The Type 95 entered service in 1937 and were first used in China.  Although not designed for tank vs tank combat, it proved more than capable to deal with the Vickers, Panzerkampfwagen I and CV33 tanks/tankettes of the Chinese National Revolutionary Army. The first true test however came in June 1939 during the Battle of Khalkin Gol (the Nomonhan Incident) where Type 89 I-Go medium tanks, Type 95 Ha-Go light tanks and Type 94 TK tankettes faced Soviet BT-5 and BT-7 fast tanks. Although the Soviet tank armour was no thicker than their Japanese adversaries, their 45mm gun could penetrate Japanese armour at up to 1,000 meters while the 37mm gun of the Type 95 have a maximum range of 700 meters. When the Pacific War broke out in December 1941, Japanese armour was used in the jungle terrain of Malaya, smashing the British belief that tanks cannot operate in the jungle. The success of the Japanese stemmed from proper tactical deployment of their tanks, surprising the defenders where they least expecting them. In this instance, the relatively light weight of Japanese armour certainly helped. The Type 95 was also used during the invasion of the Philippines where they fought against American M3 Stuart light tanks. While both tanks have the same calibre of main armament, the Stuart have the advantage of thicker armour. However, the Japanese were more experienced and have better training (at the time), enabling them to overcome the American resistance. Later in the war, the Type 95 were outclassed by the Matilda, M3 Lee/Grant, M4 Sherman and even the M5 Stuart; when the Soviets entered the Pacific War in August 1945, it was totally vulnerable to T-34 and IS tanks. In fact, the Type 95 was vulnerable to any weapon larger than rifle calibre, especially in its hindquarters.  

2,300 Ha-Gos were built by Mitsubishi and also by Sagami Arsenal, Kokura Arsenal, Hitachi, Niigata Tekkosho and Kobe Tekkosho. Apart from the Japanese Army, the Type 95 were also used by the Imperial Japanese Navy's Special Naval Landing Force and the Thai Army. Captured examples were used by both sides in the Chinese Civil War and also by the French during the earliest stages of the First Indochina War. The Type 95 was also used as the basis for the Type 95 Ki-Ri engineering vehicle, Type 2 Ka-Mi amphibious tank and Type 4 Ke-Nu conversion (using the turret of the Type 97 Chi-Ha medium tank). The chassis was also used for the Type 3 ke-Ri tank prototype, Type 2 Ho-To self-propelled gun/tank destroyer prototype and the Type 5 Ho-Ru tank destroyer.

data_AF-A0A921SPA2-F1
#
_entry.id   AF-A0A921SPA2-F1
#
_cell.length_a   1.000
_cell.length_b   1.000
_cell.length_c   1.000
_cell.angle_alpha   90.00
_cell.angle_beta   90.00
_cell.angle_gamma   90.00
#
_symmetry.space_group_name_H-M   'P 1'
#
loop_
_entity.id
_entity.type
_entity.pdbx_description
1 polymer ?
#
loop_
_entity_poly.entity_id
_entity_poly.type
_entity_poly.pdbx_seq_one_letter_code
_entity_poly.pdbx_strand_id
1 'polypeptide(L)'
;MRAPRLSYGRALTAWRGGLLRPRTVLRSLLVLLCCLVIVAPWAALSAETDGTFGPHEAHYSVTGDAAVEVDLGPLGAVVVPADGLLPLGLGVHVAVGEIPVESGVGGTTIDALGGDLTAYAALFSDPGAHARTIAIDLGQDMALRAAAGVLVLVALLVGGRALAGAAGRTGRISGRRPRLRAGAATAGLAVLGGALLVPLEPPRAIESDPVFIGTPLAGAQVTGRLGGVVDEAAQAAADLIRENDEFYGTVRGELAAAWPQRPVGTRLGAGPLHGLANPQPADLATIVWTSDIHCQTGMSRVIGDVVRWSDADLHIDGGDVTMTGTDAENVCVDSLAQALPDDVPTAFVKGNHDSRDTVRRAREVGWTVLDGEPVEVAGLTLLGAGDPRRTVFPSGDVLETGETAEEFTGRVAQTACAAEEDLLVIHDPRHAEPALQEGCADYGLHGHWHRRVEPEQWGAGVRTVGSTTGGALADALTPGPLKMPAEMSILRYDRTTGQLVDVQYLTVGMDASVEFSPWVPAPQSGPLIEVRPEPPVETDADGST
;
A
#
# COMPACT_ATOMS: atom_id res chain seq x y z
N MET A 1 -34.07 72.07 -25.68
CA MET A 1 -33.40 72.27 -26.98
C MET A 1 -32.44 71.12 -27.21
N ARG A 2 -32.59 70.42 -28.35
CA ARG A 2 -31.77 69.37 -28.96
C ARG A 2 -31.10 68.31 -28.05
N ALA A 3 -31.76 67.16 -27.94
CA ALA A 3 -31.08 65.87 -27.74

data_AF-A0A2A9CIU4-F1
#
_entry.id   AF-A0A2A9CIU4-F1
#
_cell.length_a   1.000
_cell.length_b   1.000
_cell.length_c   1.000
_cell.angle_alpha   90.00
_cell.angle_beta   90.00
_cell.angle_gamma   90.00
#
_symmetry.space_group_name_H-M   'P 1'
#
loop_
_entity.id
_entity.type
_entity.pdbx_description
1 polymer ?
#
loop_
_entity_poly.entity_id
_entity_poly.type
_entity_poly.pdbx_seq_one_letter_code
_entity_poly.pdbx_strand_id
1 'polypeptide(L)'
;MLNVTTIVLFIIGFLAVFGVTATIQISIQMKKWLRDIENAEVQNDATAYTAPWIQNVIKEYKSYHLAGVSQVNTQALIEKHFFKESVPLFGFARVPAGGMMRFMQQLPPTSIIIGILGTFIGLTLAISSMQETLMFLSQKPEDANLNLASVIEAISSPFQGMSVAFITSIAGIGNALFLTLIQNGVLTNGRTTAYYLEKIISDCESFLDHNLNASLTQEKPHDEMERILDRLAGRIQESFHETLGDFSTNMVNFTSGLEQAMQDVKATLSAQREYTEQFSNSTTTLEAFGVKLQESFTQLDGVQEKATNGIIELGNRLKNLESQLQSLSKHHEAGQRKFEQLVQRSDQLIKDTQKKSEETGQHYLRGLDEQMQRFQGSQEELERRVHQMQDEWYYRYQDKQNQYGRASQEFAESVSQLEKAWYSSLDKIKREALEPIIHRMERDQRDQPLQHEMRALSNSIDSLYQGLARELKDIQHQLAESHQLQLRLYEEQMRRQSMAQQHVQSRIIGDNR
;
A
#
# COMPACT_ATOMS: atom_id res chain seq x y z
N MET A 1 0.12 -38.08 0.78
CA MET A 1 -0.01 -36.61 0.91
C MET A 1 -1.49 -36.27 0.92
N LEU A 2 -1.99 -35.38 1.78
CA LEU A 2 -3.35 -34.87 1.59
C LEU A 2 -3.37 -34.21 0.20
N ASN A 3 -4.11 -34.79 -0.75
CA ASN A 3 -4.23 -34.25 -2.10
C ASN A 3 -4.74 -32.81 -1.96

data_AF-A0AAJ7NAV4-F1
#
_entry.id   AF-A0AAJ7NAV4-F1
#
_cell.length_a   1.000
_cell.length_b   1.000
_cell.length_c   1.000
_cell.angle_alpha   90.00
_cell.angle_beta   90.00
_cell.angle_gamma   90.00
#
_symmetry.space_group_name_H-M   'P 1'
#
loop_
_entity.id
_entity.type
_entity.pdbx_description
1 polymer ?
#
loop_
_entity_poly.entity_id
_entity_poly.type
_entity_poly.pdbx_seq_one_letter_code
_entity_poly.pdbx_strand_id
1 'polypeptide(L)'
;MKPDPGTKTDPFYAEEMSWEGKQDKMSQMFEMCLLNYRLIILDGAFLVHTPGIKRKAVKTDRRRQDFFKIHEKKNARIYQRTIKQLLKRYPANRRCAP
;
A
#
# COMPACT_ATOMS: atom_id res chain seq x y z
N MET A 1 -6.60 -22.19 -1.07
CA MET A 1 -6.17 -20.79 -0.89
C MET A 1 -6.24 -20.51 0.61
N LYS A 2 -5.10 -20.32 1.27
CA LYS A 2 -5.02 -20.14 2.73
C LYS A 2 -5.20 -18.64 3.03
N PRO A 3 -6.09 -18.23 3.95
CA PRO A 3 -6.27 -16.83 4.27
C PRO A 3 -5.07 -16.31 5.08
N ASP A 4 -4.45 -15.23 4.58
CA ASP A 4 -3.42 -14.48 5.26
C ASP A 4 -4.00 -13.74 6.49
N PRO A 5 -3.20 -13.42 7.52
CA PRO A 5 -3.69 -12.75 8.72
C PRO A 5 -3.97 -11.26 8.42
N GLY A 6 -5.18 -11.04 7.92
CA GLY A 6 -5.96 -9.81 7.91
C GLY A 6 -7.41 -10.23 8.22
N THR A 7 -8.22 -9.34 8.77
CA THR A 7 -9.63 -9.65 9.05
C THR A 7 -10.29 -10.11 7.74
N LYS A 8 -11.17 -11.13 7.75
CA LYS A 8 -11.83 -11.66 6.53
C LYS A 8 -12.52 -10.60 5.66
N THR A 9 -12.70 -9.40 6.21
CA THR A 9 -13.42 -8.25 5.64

The Kit
While there are numerous kits of German, Soviet, US and to a smaller extent, British, armour, there are practically no kits of Japanese World War 2 armour by the major manufacturers. The only kits I can think of (before being acquainted with Fine Molds) were the Type 97 Chi-Has and Type 1 Ho-Ni from Tamiya. Then in 1990s, Fine Molds came up with a whole lot of Japanese armour kits, starting with the Type 95 Ha-Go in 1993. According to online reviews, Fine Molds did not do themselves any favours by pricing the kit at ¥9,800 (the average 1/35 kit costs between ¥3,000 to ¥4,000). In 2001, Fine Molds reboxed the kit with a new box art and at the same time reducing the RRP to be more competitive (I got mine from Hobbylink Japan for ¥3,200). The kit came in 145 olive-coloured styrene parts, a pair of vinyl tracks, a small PE fret and five white metal parts. The parts are well-moulded although the white metal tow cable (or whatever it was) have some flash in my example. A form for bending the PE (for the exhaust screen) is also included. 

Decals provide markings for eight vehicles:
1. #203, 8th Tank Regiment,  August 1945, Manchuria
2. #755,  8th Tank Regiment, June 1942, Manchuria
3. #244, Army Youth Tank School, Shizuoka Prefecture, Japan
4. #20, 1st Tank Regiment, 3rd Company, Malaya 1942
5. 13th Tank Regiment, 2nd Company, Changsha, China
6. 6th Tank Regiment, Manchuria 1944
7. #1556, 7th Tank Regiment, 3rd Company, Philippines 1942
8. 14th Infantry Division Tank Company, Peleliu 1944

The instructions are almost entirely in Japanese and may cause some confusion especially for the painting and marking schemes, but otherwise have excellent illustrations.